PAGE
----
nep-cbe New Economics Papers
on Cognitive and Behavioural Economics
Issue of 2021‒05‒17
seven papers chosen by
Marco Novarese
Università degli Studi del Piemonte Orientale

  1. To pay or not to pay: Measuring riskpreferences in lab and field By Pablo Brañas-Garza; Lorenzo Estepa Mohedano; Diego Jorrat; Victor Orozco; Ericka Rascón Ramírez
  2. The Power of Conformity in Citizens’ Blame: Evidence from a Survey Experiment By Sievert, Martin; Vogel, Dominik; Reinders, Tim; Ahmed, Waqar
  3. Confidence is good; too much, not so much: Exploring the effects on reward-based crowdfunding success By Naomi Moy; Ho Fai Chan; Frank Mathmann; Markus Schaffner; Benno Torgler
  4. Trust and trustworthiness after negative random shocks By Hernán Bejarano; Joris Gillet; Ismael Rodríguez-Lara
  5. Ever Since Allais By Aluma Dembo; Shachar Kariv; Matthew Polisson; John K.-H. Quah
  6. Deviant or Wrong? The Effects of Norm Information on the Efficacy of Punishment By Cristina Bicchieri; Eugen Dimant; Erte Xiao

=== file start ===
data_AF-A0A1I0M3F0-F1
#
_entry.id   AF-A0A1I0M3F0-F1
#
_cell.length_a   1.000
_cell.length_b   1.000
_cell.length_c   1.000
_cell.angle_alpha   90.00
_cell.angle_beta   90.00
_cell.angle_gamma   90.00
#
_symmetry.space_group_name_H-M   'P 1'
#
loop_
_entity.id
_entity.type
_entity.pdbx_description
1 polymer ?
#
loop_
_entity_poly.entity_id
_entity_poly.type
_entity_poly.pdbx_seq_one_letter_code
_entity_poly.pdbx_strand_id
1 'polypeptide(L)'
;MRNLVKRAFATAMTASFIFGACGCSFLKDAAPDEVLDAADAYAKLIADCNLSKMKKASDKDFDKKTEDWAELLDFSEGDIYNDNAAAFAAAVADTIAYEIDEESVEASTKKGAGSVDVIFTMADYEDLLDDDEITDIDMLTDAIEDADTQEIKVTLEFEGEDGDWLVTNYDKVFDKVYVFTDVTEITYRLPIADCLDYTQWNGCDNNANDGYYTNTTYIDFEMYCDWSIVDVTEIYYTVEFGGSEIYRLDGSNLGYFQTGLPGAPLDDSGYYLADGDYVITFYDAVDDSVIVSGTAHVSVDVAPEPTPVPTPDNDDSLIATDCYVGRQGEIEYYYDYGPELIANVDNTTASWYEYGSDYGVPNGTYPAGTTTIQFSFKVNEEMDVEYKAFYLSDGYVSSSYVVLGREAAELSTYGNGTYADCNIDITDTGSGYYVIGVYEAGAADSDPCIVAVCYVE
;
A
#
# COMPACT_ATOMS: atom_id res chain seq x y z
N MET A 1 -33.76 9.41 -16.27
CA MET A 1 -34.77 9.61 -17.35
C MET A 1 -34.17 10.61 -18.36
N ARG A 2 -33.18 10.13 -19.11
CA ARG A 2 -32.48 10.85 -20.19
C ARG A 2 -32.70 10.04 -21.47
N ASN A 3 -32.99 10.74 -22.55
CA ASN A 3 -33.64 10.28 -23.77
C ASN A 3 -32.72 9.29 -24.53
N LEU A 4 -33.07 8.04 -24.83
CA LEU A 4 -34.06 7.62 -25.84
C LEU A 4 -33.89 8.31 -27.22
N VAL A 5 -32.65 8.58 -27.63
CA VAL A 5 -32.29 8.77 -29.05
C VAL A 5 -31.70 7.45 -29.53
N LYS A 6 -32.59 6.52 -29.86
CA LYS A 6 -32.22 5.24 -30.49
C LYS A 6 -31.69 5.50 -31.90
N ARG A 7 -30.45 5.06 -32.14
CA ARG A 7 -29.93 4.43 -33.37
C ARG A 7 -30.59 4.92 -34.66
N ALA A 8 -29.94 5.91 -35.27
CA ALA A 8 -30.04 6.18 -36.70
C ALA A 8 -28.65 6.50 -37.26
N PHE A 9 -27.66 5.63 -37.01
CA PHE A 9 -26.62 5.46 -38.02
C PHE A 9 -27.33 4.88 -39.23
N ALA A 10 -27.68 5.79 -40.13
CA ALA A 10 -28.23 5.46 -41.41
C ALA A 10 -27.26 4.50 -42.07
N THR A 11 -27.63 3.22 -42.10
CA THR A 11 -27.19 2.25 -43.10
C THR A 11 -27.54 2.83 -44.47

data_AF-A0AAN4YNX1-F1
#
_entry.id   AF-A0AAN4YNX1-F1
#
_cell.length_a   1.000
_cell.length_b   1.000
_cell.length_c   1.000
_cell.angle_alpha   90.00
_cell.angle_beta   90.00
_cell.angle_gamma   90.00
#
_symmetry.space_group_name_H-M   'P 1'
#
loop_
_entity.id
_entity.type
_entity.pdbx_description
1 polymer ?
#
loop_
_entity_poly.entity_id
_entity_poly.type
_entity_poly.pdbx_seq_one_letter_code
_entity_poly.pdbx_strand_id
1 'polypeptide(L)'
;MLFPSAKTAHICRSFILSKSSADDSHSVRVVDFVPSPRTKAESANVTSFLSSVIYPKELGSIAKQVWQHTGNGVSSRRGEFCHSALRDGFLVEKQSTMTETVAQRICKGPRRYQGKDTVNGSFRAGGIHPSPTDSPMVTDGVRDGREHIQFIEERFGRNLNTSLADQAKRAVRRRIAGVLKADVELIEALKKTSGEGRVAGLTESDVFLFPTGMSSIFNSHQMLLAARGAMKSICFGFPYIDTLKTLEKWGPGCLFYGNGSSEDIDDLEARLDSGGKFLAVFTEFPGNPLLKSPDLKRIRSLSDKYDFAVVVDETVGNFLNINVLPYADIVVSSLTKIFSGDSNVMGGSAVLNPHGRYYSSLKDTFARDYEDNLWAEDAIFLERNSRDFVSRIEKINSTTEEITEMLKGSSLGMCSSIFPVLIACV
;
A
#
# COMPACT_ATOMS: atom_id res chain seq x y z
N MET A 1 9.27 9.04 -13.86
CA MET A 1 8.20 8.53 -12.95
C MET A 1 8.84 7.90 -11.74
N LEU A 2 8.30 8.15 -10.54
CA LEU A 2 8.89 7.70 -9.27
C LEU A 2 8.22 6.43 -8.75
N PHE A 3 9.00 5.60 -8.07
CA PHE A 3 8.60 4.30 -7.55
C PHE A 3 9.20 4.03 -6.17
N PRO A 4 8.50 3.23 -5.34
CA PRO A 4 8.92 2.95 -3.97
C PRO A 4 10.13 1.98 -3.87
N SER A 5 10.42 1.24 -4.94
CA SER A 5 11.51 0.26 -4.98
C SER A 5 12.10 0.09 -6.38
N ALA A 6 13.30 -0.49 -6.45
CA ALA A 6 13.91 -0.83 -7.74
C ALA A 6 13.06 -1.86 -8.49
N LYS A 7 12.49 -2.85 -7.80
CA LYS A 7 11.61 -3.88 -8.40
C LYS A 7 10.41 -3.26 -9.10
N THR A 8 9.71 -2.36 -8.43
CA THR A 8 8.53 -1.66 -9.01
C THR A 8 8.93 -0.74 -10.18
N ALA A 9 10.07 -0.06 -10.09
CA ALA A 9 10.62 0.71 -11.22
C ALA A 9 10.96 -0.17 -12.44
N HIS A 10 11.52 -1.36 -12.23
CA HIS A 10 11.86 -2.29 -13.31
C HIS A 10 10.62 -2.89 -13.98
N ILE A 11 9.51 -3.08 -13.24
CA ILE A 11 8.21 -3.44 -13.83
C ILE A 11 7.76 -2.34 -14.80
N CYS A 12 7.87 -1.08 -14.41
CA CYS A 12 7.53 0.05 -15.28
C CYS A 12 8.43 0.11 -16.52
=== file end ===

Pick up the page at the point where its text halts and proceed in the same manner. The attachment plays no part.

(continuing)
7. Sport as a Behavioral Economics Lab By Ho Fai Chan; David A. Savage; Benno Torgler

  1. By: Pablo Brañas-Garza (Universidad Loyola); Lorenzo Estepa Mohedano (Universidad Loyola); Diego Jorrat (Universidad Loyola); Victor Orozco (The World Bank); Ericka Rascón Ramírez (Middlesex University London)
    Abstract: Measuring risk preferences in the field is critical for policy, however, it can be expensive and maygenerate unequal payoffs due to bad luck. For instance, the commonly used measure of Holt andLaury (2002) relies on a dozen of lottery choices and payments which makes it time consuming andcostly, but also raises moral concerns as a result of the unequal payments generated by the lotteries.We propose a short version of the Holt and Laury (2002) which produces in the lab (Spain) thesame results as the long HL. Using the short HL in the field (Honduras and Nigeria), we observethat paying or not for the measurement of risk preferences produces the same findings. Our low-costapproach makes the measurement of risk preferences simpler, faster and cheaper in the lab and field.
    Keywords: Risk preferences, Holt Laury, Field Experiments, Monetary Payoffs, Incentives.
    JEL: D81 C91 C93
    Date: 2021–05
  2. By: Sievert, Martin (University of Mannheim); Vogel, Dominik (University of Hamburg); Reinders, Tim; Ahmed, Waqar